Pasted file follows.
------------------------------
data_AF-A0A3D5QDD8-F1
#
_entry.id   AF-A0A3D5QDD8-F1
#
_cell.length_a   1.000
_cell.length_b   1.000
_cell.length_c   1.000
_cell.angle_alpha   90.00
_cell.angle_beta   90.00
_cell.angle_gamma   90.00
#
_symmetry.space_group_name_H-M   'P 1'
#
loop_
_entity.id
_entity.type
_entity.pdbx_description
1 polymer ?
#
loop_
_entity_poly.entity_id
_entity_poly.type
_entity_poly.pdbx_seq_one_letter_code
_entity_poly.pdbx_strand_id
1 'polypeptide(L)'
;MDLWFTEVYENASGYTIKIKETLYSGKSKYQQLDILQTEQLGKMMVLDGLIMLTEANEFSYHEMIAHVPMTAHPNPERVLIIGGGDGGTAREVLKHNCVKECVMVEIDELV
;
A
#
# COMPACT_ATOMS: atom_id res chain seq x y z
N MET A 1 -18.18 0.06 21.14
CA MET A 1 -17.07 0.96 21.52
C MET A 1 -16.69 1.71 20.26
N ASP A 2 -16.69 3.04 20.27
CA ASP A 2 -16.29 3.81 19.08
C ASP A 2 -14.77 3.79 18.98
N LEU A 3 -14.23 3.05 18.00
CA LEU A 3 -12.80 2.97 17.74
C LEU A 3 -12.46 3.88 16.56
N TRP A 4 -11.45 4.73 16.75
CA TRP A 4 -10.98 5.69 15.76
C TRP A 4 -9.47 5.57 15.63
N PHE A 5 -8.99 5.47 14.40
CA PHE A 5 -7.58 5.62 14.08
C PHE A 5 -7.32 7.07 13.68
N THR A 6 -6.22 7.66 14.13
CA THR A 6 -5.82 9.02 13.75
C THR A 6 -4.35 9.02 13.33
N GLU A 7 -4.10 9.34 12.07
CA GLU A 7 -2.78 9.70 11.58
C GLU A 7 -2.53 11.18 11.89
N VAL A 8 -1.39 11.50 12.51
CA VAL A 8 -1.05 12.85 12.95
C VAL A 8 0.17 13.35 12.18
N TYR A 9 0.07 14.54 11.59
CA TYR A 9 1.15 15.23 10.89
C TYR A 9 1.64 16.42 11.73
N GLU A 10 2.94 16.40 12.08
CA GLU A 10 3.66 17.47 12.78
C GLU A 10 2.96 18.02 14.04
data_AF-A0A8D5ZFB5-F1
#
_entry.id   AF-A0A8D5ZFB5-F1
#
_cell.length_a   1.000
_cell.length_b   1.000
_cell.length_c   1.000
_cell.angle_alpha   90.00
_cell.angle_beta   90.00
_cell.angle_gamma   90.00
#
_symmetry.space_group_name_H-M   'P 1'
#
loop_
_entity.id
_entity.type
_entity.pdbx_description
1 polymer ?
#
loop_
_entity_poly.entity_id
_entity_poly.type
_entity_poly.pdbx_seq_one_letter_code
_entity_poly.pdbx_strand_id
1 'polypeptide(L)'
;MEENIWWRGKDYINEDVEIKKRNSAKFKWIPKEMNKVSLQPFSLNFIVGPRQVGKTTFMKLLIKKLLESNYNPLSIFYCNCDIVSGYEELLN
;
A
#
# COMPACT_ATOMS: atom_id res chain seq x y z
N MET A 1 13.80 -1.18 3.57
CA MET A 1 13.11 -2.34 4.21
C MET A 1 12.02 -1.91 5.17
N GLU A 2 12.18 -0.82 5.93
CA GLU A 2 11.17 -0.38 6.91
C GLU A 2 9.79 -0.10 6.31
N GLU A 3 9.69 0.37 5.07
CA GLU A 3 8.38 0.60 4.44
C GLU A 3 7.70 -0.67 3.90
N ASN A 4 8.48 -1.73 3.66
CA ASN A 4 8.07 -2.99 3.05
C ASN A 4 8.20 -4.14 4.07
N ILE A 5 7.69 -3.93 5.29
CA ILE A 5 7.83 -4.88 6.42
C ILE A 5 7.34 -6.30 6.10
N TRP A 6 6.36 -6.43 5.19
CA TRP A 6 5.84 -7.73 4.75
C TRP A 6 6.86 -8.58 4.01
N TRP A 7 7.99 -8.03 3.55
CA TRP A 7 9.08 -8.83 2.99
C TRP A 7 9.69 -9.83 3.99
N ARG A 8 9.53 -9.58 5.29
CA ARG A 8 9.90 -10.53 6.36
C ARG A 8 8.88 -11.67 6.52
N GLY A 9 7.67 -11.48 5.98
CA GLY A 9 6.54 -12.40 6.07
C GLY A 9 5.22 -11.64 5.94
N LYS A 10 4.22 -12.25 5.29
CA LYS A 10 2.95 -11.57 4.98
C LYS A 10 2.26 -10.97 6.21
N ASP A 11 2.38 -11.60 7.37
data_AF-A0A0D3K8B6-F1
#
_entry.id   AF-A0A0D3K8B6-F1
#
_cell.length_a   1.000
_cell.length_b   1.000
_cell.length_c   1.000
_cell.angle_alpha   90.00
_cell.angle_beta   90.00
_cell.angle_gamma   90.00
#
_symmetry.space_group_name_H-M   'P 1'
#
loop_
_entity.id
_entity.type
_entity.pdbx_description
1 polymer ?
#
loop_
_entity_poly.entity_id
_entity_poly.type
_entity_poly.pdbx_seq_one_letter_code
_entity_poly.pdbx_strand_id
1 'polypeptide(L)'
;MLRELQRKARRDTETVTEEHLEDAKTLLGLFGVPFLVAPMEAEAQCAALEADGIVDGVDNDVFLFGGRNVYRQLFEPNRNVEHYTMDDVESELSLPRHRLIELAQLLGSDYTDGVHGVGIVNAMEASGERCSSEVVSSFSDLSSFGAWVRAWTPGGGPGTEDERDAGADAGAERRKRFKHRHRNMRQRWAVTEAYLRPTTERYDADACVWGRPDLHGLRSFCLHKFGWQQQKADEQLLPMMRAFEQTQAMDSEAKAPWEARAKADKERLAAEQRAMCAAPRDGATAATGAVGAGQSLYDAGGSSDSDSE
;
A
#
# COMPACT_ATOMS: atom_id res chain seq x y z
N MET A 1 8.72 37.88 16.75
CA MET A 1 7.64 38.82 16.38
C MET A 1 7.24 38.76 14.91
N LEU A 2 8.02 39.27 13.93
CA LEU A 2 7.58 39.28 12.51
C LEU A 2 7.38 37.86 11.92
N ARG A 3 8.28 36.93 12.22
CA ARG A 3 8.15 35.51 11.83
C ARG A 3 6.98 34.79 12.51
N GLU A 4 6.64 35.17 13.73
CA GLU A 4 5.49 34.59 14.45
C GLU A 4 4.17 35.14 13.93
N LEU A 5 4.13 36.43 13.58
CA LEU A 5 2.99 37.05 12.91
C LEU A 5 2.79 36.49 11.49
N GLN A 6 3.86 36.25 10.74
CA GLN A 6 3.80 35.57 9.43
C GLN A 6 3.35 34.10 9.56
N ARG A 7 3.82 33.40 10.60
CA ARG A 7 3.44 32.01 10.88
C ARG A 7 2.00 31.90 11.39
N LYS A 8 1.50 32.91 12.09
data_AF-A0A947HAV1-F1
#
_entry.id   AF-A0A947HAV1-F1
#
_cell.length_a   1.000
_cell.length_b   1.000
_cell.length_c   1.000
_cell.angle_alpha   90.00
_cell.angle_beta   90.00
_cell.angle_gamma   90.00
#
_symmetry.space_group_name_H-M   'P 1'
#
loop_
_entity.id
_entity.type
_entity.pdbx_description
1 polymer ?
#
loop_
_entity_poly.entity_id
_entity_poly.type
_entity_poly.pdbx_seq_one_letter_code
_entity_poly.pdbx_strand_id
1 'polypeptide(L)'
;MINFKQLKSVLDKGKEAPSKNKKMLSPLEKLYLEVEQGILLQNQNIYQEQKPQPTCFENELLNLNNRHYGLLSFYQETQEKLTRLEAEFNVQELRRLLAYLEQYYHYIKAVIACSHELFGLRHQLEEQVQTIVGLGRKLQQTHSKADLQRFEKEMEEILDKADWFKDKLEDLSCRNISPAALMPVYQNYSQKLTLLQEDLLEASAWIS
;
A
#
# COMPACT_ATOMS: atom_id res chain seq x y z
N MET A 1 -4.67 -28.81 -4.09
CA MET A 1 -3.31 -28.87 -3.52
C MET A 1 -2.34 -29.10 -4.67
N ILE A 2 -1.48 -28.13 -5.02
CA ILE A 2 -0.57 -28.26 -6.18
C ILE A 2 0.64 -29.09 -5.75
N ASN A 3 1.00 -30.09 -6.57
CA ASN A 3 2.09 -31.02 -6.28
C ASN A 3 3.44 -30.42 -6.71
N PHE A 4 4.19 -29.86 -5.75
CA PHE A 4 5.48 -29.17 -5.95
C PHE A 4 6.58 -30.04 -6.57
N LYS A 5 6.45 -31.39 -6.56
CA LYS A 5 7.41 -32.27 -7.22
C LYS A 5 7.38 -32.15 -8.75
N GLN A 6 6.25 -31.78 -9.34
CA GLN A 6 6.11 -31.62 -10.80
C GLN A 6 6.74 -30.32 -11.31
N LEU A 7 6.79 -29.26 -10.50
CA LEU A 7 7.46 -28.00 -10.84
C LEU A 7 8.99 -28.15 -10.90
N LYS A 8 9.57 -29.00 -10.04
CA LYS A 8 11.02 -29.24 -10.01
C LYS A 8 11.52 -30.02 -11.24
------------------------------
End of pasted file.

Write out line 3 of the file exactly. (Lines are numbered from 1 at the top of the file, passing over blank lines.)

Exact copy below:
_entry.id   AF-A0A3D5QDD8-F1